FAA declares 'safest period in aviation history' after US shoots down objects, close calls at airports

The FAA memo follows several close-calls between airplanes.

The acting administrator of the Federal Aviation Administration wrote in a memorandum to the agency's management board that "we are experiencing the safest period in aviation history" just over a week after the military shot down a Chinese spy craft and three "objects" over the past several days.

FAA Acting Administrator Billy Nolen made the comments in the Tuesday memorandum.

"We are experiencing the safest period in aviation history, but we cannot take this for granted. Recent events remind us that we must not become complacent. Now is the time to stare into the data and ask hard questions," Nolen wrote in the memo. "We must ensure that our structure is fit for purpose for the U.S. aerospace system of both today and the future. That’s why I’m forming a safety review team to examine the U.S. aerospace system’s structure, culture, processes, systems, and integration of safety efforts."

His comments come as the U.S. military shot down a Chinese spy craft on Feb. 4, followed by the shoot-down of three unidentified objects that posed a threat to civil aviation since then.


Parked planes at terminal

United Airlines planes are parked at their gates at O'Hare International Airport ahead of the Thanksgiving holiday in Chicago, Illinois, U.S., November 20, 2021. REUTERS/Brendan McDermid (Reuters/Brendan McDermid / Reuters Photos)

On Dec. 18, 2022, a United Airlines flight departing from Maui, Hawaii, climbed to an altitude of 2,200 feet nearly a minute after takeoff and then plunged to just 775 feet above sea level before climbing back up.

At the time of takeoff, the airport was experiencing heavy rain and a flash flood warning was in effect.

"After landing at SFO, the pilots filed the appropriate safety report," a United Airlines spokesman told FOX Business. "United then closely coordinated with the FAA and ALPA [Air Line Pilots Association] on an investigation that ultimately resulted in the pilots receiving additional training. Safety remains our highest priority."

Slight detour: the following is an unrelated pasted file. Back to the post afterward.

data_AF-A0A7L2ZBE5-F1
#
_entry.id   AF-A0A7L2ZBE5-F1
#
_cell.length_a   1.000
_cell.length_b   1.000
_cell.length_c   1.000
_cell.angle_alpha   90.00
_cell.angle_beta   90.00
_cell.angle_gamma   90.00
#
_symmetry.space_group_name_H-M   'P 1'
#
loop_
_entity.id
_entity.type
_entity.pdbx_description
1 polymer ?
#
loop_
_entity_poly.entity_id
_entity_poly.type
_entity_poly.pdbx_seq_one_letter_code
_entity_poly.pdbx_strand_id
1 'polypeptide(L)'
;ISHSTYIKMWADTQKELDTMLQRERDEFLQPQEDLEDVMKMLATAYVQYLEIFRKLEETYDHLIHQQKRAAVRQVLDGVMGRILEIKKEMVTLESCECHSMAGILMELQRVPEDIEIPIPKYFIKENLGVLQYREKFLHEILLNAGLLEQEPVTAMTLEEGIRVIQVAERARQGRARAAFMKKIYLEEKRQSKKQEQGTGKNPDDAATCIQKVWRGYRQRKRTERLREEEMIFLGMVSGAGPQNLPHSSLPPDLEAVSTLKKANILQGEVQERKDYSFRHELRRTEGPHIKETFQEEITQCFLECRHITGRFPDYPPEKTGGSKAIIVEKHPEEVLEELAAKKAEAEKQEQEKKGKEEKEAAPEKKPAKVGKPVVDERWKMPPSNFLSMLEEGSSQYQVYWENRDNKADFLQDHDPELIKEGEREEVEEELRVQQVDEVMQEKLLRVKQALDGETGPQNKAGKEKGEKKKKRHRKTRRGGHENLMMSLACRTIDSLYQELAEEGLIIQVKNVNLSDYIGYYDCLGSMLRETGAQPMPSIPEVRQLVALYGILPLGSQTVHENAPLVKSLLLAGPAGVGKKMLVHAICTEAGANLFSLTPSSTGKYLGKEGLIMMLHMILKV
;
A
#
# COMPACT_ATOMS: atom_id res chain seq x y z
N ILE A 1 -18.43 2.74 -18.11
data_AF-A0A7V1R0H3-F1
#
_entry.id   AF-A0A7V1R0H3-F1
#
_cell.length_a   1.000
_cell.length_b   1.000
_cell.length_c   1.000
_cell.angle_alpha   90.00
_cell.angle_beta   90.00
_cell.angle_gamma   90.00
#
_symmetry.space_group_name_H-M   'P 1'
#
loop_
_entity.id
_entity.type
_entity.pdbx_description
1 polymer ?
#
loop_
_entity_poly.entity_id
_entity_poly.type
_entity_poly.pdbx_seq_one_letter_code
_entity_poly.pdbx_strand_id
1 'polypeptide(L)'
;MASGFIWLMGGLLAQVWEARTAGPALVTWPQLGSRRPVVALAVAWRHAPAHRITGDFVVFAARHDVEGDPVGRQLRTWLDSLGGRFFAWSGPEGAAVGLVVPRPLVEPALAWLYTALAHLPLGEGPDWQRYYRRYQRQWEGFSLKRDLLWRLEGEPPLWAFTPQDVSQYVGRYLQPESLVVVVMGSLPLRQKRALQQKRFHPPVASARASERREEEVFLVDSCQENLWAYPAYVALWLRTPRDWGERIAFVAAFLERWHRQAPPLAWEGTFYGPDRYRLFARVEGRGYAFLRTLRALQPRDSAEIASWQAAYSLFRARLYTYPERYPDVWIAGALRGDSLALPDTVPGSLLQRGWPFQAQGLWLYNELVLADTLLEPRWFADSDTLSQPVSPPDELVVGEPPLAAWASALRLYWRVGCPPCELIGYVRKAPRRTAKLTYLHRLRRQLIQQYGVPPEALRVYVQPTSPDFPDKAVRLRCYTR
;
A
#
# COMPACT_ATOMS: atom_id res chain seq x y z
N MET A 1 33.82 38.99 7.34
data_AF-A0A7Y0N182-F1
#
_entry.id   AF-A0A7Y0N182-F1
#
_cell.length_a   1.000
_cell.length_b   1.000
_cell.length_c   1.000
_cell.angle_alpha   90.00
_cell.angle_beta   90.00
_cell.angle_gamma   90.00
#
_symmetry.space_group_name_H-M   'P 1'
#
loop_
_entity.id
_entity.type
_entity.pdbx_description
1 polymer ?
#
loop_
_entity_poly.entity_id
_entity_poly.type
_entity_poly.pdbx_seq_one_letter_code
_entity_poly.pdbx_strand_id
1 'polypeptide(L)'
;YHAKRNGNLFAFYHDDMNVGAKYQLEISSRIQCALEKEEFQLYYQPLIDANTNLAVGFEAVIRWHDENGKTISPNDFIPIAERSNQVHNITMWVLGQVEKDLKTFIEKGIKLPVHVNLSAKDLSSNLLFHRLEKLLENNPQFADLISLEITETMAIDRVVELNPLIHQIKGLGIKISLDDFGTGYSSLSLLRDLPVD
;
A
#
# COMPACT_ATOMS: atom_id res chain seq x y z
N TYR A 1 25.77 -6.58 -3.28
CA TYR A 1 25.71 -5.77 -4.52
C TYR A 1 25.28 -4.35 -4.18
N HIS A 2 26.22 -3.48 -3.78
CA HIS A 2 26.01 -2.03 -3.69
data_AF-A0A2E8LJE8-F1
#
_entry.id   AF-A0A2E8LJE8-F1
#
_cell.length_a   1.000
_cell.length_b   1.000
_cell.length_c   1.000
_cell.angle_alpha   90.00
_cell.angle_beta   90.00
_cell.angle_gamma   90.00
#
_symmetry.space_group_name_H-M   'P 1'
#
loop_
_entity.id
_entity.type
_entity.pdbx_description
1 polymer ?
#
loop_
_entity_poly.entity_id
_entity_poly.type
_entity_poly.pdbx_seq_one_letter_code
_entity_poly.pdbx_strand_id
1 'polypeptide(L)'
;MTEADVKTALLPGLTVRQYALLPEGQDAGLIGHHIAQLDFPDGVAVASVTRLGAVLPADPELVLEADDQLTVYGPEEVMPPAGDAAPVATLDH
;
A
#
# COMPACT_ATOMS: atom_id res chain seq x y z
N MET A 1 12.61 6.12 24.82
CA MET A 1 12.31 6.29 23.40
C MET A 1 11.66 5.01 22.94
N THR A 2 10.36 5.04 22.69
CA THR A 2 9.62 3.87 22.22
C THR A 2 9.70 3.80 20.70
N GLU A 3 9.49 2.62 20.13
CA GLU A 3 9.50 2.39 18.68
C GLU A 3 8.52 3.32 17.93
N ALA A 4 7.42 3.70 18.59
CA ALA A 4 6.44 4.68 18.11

On Feb. 4, a FedEx plane and a Southwest passenger plane came close to colliding while the FedEx plane was cleared for takeoff.

In January, a Delta Air Lines plane stopped just about 1,000 feet from the location where an American Airlines plane was crossing an adjacent taxiway, avoiding a collision.


Delta planes in Boston Logan Airport

Delta Air Lines passenger jets rest on the tarmac, July 21, 2021, at Boston Logan International Airport, in Boston. (AP Photo/Steven Senne, File / AP Newsroom)

Nolen said that he's forming a "safety review team to examine the U.S. aerospace system’s structure, culture, processes, systems, and integration of safety efforts."

He added that the agency will be holding a safety summit in March to "examine what additional actions the aviation community needs to take to maintain our safety record."

Speaking to the near-collisions, Nolen said that the Commercial Aviation Safety Team should take a "fresh look" at Aviation Safety Information Analysis and Sharing data in order to "mine the data to see whether there are other incidents that resemble ones we have seen in recent weeks."

"Finally, the review team will focus on the Air Traffic Organization (ATO). The review team will assess ATO’s internal processes, systems, and operational integration. I will ask the team to explore actions needed to reinforce a collaborative, data-driven safety culture. The review will also look for opportunities to strengthen the connection between ATO and the FAA Aviation Safety organization for monitoring and addressing of safety risks," Nolen writes in the Memo.


An American Airlines jet

An American Airlines jet moves along the runway at Laguardia AIrport on November 10, 2022 in the Queens borough of New York City. (Photo by Bruce Bennett/Getty Images / Getty Images)

"We know that our aviation system is changing dramatically. Now is the time to act," he added.

The Associated Press and Fox News' Bradford Betz, Greg Norman, and Anders Hagstrom contributed to this report.